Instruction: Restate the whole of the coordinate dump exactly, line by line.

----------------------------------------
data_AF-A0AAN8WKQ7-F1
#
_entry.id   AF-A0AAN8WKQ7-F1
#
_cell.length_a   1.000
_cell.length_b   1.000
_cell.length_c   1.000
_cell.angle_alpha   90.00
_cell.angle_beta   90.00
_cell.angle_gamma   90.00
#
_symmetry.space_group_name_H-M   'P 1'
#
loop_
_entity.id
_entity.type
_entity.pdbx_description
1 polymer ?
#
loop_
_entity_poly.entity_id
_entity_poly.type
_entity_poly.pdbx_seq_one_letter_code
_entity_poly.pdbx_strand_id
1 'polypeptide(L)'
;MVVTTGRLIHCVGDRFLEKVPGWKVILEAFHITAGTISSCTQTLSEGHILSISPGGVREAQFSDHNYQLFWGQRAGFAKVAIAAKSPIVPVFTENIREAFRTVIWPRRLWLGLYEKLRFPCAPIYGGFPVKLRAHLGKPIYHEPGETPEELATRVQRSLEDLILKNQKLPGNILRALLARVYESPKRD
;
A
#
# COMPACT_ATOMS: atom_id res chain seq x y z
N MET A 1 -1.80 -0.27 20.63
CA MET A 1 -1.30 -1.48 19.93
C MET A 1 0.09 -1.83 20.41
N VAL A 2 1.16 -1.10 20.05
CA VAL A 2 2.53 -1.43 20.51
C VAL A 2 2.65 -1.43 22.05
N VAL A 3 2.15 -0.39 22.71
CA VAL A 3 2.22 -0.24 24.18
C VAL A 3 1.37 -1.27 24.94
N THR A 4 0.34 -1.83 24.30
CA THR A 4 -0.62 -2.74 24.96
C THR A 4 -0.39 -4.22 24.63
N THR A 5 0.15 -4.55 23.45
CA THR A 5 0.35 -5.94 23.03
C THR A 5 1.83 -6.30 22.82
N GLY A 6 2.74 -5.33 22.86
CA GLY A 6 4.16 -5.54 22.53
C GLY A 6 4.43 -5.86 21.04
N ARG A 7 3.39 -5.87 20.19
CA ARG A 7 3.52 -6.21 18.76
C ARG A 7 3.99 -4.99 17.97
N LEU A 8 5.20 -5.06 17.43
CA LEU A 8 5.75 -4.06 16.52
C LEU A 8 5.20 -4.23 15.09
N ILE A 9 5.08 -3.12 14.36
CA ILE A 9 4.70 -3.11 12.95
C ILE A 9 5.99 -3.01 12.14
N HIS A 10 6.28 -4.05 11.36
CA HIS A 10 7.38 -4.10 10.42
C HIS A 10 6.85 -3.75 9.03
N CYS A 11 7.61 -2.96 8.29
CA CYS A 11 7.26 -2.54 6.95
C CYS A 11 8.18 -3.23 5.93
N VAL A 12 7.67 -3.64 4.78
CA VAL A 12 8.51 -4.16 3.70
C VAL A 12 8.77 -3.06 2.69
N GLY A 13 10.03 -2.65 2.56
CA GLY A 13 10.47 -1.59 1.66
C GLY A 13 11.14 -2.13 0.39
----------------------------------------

data_AF-A0AAN8WKQ7-F1
#
_entry.id   AF-A0AAN8WKQ7-F1
#
_cell.length_a   1.000
_cell.length_b   1.000
_cell.length_c   1.000
_cell.angle_alpha   90.00
_cell.angle_beta   90.00
_cell.angle_gamma   90.00
#
_symmetry.space_group_name_H-M   'P 1'
#
loop_
_entity.id
_entity.type
_entity.pdbx_description
1 polymer ?
#
loop_
_entity_poly.entity_id
_entity_poly.type
_entity_poly.pdbx_seq_one_letter_code
_entity_poly.pdbx_strand_id
1 'polypeptide(L)'
;MVVTTGRLIHCVGDRFLEKVPGWKVILEAFHITAGTISSCTQTLSEGHILSISPGGVREAQFSDHNYQLFWGQRAGFAKVAIAAKSPIVPVFTENIREAFRTVIWPRRLWLGLYEKLRFPCAPIYGGFPVKLRAHLGKPIYHEPGETPEELATRVQRSLEDLILKNQKLPGNILRALLARVYESPKRD
;
A
#
# COMPACT_ATOMS: atom_id res chain seq x y z
N MET A 1 -1.80 -0.27 20.63
CA MET A 1 -1.30 -1.48 19.93
C MET A 1 0.09 -1.83 20.41
N VAL A 2 1.16 -1.10 20.05
CA VAL A 2 2.53 -1.43 20.51
C VAL A 2 2.65 -1.43 22.05
N VAL A 3 2.15 -0.39 22.71
CA VAL A 3 2.22 -0.24 24.18
C VAL A 3 1.37 -1.27 24.94
N THR A 4 0.34 -1.83 24.30
CA THR A 4 -0.62 -2.74 24.96
C THR A 4 -0.39 -4.22 24.63
N THR A 5 0.15 -4.55 23.45
CA THR A 5 0.35 -5.94 23.03
C THR A 5 1.83 -6.30 22.82
N GLY A 6 2.74 -5.33 22.86
CA GLY A 6 4.16 -5.54 22.53
C GLY A 6 4.43 -5.86 21.04
N ARG A 7 3.39 -5.87 20.19
CA ARG A 7 3.52 -6.21 18.76
C ARG A 7 3.99 -4.99 17.97
N LEU A 8 5.20 -5.06 17.43
CA LEU A 8 5.75 -4.06 16.52
C LEU A 8 5.20 -4.23 15.09
N ILE A 9 5.08 -3.12 14.36
CA ILE A 9 4.70 -3.11 12.95
C ILE A 9 5.99 -3.01 12.14
N HIS A 10 6.28 -4.05 11.36
CA HIS A 10 7.38 -4.10 10.42
C HIS A 10 6.85 -3.75 9.03
N CYS A 11 7.61 -2.96 8.29
CA CYS A 11 7.26 -2.54 6.95
C CYS A 11 8.18 -3.23 5.93
N VAL A 12 7.67 -3.64 4.78
CA VAL A 12 8.51 -4.16 3.70
C VAL A 12 8.77 -3.06 2.69
N GLY A 13 10.03 -2.65 2.56
CA GLY A 13 10.47 -1.59 1.66
C GLY A 13 11.14 -2.13 0.39